Information Technology Reference
Although I can't offer a one-size-fits all approach to video backups, I
would like to make some recommendations that you can tailor to your
specific situation. All these suggestions presume that you're already
making duplicates and versioned backups of your non-video data:
Exclude video data from regular versioned backups and duplicates.
That'll make those backups more manageable, saving time and
If your camcorder stores its data on tape or DVD, always keep the
original media—don't overwrite it, even though you've copied the
data to your Mac. Instead, treat that tape or DVD as though it were
a film negative and store it in a safe place. You'll use up more media
this way, but you'll have an automatic backup of all your footage.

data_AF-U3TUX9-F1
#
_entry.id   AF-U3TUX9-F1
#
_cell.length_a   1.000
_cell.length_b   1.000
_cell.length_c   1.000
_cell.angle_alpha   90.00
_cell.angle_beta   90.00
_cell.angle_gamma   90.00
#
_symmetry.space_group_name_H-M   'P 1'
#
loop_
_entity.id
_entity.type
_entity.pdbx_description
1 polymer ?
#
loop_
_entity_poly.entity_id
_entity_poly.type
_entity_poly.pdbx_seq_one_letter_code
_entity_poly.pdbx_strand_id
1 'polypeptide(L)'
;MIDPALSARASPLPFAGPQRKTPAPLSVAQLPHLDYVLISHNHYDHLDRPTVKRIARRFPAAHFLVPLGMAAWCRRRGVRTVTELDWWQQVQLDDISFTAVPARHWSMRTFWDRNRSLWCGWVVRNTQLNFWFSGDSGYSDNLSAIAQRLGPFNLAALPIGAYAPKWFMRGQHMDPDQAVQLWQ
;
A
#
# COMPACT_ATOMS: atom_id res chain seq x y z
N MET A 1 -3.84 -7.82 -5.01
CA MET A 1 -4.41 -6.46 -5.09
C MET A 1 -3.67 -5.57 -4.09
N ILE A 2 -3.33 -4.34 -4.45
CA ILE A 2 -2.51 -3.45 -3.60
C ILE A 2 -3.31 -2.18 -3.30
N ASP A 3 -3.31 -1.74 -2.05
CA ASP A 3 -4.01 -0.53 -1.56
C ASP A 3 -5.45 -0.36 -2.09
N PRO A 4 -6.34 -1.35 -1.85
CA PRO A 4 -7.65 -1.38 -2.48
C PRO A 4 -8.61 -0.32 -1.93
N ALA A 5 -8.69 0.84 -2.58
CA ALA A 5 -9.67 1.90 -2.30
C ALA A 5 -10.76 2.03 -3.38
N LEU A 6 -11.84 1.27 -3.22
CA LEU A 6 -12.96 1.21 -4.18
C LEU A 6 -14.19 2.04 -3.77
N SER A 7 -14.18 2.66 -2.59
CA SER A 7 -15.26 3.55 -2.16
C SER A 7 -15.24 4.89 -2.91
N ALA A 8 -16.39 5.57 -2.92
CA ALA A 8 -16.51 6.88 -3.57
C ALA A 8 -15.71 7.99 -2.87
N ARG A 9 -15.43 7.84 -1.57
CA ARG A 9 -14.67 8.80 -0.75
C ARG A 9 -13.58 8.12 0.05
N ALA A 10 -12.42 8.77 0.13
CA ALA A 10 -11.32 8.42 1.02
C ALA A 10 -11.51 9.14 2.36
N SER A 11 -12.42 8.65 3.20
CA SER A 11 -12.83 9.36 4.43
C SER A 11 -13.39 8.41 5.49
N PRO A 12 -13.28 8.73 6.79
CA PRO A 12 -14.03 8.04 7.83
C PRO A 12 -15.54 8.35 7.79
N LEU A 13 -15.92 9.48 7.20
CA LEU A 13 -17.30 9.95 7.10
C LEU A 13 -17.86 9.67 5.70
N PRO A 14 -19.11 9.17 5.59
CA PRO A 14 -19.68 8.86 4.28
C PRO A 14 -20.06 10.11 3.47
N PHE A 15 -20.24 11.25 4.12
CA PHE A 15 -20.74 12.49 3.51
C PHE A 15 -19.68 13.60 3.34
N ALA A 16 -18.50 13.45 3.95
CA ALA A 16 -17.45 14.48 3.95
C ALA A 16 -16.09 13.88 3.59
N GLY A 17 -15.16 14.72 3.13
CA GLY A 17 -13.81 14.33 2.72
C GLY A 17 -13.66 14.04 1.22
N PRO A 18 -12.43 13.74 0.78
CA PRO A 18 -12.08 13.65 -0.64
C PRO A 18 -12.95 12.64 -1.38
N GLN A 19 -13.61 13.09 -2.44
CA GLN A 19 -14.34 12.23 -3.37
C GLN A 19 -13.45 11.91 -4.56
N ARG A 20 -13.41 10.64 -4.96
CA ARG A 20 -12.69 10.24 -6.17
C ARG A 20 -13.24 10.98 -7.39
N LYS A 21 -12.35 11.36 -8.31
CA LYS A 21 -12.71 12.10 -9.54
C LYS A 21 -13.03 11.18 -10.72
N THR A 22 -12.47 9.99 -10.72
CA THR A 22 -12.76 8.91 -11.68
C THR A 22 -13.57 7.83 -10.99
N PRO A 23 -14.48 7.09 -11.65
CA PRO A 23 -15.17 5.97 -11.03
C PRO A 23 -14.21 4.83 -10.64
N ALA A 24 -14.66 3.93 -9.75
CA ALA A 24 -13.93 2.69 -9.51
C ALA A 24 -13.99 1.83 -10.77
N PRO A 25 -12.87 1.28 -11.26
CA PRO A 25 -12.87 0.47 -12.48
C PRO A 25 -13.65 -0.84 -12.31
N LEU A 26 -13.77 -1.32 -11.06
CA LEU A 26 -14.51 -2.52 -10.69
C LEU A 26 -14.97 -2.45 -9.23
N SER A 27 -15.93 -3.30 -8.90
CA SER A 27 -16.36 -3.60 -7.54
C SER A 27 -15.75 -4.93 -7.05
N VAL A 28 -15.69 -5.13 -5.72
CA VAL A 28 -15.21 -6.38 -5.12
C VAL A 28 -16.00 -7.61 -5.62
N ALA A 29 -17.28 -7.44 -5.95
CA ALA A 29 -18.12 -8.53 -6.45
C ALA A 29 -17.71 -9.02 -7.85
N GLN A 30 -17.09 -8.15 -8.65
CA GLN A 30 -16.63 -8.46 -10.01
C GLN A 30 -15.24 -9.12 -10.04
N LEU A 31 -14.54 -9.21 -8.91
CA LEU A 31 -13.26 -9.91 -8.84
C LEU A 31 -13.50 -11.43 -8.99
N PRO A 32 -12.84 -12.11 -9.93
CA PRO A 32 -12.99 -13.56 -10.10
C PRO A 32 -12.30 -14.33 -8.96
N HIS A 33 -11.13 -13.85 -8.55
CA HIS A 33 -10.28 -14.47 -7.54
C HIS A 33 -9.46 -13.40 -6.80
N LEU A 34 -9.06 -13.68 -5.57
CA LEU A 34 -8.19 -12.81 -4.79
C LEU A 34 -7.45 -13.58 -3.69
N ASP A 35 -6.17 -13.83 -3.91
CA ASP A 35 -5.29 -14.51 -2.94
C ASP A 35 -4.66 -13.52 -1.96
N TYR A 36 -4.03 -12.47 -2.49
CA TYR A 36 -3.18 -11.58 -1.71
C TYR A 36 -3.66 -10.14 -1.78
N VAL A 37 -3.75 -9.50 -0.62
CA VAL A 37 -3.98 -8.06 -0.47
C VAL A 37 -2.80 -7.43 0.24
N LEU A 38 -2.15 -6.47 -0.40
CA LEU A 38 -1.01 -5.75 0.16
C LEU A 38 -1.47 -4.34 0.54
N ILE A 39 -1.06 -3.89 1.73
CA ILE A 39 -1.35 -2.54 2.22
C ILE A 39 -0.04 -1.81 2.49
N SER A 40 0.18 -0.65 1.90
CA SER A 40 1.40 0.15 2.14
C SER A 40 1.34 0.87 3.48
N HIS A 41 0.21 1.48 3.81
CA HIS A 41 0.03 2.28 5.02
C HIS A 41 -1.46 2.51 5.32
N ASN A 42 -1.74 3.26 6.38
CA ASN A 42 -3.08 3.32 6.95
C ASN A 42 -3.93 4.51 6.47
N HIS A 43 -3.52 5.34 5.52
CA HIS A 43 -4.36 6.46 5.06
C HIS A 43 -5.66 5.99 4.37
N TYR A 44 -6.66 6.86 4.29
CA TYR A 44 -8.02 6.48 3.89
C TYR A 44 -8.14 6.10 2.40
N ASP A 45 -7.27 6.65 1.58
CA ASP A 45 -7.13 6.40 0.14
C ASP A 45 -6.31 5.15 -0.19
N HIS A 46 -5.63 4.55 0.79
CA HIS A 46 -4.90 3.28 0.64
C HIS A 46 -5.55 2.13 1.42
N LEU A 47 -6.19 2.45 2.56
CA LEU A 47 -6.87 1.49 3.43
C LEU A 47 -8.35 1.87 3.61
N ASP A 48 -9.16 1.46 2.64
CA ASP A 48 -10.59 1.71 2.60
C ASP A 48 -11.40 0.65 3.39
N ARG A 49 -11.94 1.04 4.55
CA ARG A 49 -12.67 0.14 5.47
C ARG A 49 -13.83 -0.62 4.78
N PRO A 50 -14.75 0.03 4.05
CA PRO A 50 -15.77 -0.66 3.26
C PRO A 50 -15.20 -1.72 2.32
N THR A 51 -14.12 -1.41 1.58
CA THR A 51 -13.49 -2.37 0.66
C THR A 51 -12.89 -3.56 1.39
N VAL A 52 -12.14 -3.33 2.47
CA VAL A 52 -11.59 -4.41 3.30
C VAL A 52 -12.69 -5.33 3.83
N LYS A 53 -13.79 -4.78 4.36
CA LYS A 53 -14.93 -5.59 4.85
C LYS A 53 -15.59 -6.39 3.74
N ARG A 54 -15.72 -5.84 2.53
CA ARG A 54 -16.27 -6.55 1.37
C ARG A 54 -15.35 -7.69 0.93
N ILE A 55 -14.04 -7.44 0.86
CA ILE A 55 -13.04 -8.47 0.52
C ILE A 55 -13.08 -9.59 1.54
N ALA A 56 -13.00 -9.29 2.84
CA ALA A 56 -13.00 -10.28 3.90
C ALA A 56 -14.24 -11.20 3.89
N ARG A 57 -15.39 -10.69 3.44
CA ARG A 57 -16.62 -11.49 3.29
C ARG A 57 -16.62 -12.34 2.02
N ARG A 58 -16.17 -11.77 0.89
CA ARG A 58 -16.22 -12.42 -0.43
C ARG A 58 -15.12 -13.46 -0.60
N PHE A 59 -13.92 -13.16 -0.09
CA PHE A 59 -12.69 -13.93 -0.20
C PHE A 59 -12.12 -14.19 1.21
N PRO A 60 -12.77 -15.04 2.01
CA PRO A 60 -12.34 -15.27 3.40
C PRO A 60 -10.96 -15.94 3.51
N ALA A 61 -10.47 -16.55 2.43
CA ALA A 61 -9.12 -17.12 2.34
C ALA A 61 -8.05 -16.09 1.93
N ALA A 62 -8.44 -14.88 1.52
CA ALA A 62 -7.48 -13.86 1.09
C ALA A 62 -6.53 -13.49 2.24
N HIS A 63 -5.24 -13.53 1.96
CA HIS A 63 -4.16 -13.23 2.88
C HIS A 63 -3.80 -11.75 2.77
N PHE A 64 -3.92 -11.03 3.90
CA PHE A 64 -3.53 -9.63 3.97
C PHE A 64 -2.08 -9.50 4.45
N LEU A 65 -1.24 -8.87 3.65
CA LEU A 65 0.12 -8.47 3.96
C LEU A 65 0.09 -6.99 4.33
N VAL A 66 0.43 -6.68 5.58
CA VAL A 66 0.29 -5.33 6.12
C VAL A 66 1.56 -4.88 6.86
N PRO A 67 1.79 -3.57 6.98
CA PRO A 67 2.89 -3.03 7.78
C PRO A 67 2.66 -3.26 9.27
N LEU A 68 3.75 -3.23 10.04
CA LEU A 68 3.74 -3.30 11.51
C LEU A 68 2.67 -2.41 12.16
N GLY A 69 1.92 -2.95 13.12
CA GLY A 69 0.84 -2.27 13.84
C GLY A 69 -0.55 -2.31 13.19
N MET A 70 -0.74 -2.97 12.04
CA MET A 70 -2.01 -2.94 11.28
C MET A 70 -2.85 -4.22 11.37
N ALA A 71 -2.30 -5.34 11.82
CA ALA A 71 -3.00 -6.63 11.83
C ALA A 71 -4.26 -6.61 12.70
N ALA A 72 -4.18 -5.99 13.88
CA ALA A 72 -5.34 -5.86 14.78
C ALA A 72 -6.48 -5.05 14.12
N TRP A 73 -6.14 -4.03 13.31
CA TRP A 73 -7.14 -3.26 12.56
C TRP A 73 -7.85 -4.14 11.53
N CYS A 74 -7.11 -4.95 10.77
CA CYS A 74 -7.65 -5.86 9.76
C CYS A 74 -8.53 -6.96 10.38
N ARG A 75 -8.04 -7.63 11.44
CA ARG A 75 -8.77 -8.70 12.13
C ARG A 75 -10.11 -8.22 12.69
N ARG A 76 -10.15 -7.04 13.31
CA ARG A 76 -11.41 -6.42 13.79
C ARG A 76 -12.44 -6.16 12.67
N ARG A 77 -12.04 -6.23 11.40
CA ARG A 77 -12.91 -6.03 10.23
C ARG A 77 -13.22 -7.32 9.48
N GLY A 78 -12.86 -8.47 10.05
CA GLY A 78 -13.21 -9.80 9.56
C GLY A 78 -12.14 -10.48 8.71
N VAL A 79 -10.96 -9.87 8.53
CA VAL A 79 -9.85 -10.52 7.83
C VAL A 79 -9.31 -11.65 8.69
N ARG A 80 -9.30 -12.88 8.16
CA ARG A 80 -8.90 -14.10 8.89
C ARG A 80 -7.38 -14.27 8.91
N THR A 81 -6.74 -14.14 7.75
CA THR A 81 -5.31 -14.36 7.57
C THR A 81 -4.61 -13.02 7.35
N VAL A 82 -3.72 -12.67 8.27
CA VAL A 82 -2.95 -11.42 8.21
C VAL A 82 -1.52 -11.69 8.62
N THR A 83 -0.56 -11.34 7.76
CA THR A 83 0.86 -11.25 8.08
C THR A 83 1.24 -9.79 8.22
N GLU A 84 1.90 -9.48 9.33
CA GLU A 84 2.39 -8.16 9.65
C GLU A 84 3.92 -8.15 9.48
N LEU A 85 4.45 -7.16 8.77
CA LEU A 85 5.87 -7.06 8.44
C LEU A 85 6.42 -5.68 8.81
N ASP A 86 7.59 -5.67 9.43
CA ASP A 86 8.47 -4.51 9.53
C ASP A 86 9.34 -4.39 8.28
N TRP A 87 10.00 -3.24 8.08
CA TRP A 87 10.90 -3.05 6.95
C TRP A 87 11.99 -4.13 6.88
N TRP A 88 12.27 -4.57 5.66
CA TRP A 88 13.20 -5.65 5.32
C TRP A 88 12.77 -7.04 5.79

(This won't work if your camcorder has an internal hard drive, and
it would be too expensive if your camcorder uses flash RAM.)
Consider making a duplicate of each piece of original media (if
your video equipment provides a way to do so). Remember, every
piece of backup media is subject to deterioration over time (and
camcorder tapes can be especially vulnerable), so an extra copy is
never a bad idea.
You probably do not need to back up video data that you've copied
from a camera to your disk but aren't actively using, as long as you
already have one or two backups of this data in the form of original
tapes and, perhaps, duplicates of them. However, for footage copied
from a camcorder's hard drive or flash RAM, consider storing
archives of the raw data on a stack of DVDs—even though I
recommend against optical media for general-purpose backup.
(Blu-ray discs, because of their high capacity, may be especially
good for this purpose—but you'll need to buy a Blu-ray compatible
drive for your Mac, and the blank media is still rather expensive.)
Choose backup software that offers compression and/or delta
encoding, both of which can help you make the most of limited
storage space. Forget about online storage, too; at current typical